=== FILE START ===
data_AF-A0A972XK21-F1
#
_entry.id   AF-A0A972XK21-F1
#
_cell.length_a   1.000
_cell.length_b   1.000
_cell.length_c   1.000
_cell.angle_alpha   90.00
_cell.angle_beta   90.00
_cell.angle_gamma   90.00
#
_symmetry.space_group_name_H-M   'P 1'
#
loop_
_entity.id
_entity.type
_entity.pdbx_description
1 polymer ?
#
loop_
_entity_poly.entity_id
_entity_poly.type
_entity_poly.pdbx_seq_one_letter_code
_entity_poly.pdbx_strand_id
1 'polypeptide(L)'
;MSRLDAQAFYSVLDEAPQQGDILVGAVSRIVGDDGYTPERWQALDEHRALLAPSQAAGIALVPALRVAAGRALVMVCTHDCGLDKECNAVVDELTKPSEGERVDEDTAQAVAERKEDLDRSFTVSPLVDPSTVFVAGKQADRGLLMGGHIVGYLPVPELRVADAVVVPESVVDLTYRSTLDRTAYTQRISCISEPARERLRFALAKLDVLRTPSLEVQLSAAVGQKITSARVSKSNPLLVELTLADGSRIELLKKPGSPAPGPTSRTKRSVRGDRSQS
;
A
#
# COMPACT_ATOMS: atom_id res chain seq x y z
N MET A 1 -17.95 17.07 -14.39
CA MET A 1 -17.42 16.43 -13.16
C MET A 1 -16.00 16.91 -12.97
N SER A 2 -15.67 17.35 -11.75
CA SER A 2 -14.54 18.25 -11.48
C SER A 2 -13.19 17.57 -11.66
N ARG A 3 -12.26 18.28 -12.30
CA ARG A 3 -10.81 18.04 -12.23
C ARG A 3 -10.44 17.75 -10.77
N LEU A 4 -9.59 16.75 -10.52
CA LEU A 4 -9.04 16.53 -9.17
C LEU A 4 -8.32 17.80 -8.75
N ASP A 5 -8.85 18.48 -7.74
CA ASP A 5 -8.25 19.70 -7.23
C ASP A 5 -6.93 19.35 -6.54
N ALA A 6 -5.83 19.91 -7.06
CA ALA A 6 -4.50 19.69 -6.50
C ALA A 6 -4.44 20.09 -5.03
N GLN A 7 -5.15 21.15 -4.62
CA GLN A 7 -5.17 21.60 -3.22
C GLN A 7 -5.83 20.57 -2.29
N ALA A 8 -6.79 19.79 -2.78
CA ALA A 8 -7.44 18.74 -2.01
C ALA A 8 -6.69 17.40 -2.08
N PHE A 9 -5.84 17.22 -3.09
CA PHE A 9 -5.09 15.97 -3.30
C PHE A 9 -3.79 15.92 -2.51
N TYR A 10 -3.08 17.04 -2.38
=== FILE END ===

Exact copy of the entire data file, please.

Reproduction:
data_AF-A0A972XK21-F1
#
_entry.id   AF-A0A972XK21-F1
#
_cell.length_a   1.000
_cell.length_b   1.000
_cell.length_c   1.000
_cell.angle_alpha   90.00
_cell.angle_beta   90.00
_cell.angle_gamma   90.00
#
_symmetry.space_group_name_H-M   'P 1'
#
loop_
_entity.id
_entity.type
_entity.pdbx_description
1 polymer ?
#
loop_
_entity_poly.entity_id
_entity_poly.type
_entity_poly.pdbx_seq_one_letter_code
_entity_poly.pdbx_strand_id
1 'polypeptide(L)'
;MSRLDAQAFYSVLDEAPQQGDILVGAVSRIVGDDGYTPERWQALDEHRALLAPSQAAGIALVPALRVAAGRALVMVCTHDCGLDKECNAVVDELTKPSEGERVDEDTAQAVAERKEDLDRSFTVSPLVDPSTVFVAGKQADRGLLMGGHIVGYLPVPELRVADAVVVPESVVDLTYRSTLDRTAYTQRISCISEPARERLRFALAKLDVLRTPSLEVQLSAAVGQKITSARVSKSNPLLVELTLADGSRIELLKKPGSPAPGPTSRTKRSVRGDRSQS
;
A
#
# COMPACT_ATOMS: atom_id res chain seq x y z
N MET A 1 -17.95 17.07 -14.39
CA MET A 1 -17.42 16.43 -13.16
C MET A 1 -16.00 16.91 -12.97
N SER A 2 -15.67 17.35 -11.75
CA SER A 2 -14.54 18.25 -11.48
C SER A 2 -13.19 17.57 -11.66
N ARG A 3 -12.26 18.28 -12.30
CA ARG A 3 -10.81 18.04 -12.23
C ARG A 3 -10.44 17.75 -10.77
N LEU A 4 -9.59 16.75 -10.52
CA LEU A 4 -9.04 16.53 -9.17
C LEU A 4 -8.32 17.80 -8.75
N ASP A 5 -8.85 18.48 -7.74
CA ASP A 5 -8.25 19.70 -7.23
C ASP A 5 -6.93 19.35 -6.54
N ALA A 6 -5.83 19.91 -7.06
CA ALA A 6 -4.50 19.69 -6.50
C ALA A 6 -4.44 20.09 -5.03
N GLN A 7 -5.15 21.15 -4.62
CA GLN A 7 -5.17 21.60 -3.22
C GLN A 7 -5.83 20.57 -2.29
N ALA A 8 -6.79 19.79 -2.78
CA ALA A 8 -7.44 18.74 -2.01
C ALA A 8 -6.69 17.40 -2.08
N PHE A 9 -5.84 17.22 -3.09
CA PHE A 9 -5.09 15.97 -3.30
C PHE A 9 -3.79 15.92 -2.51
N TYR A 10 -3.08 17.04 -2.38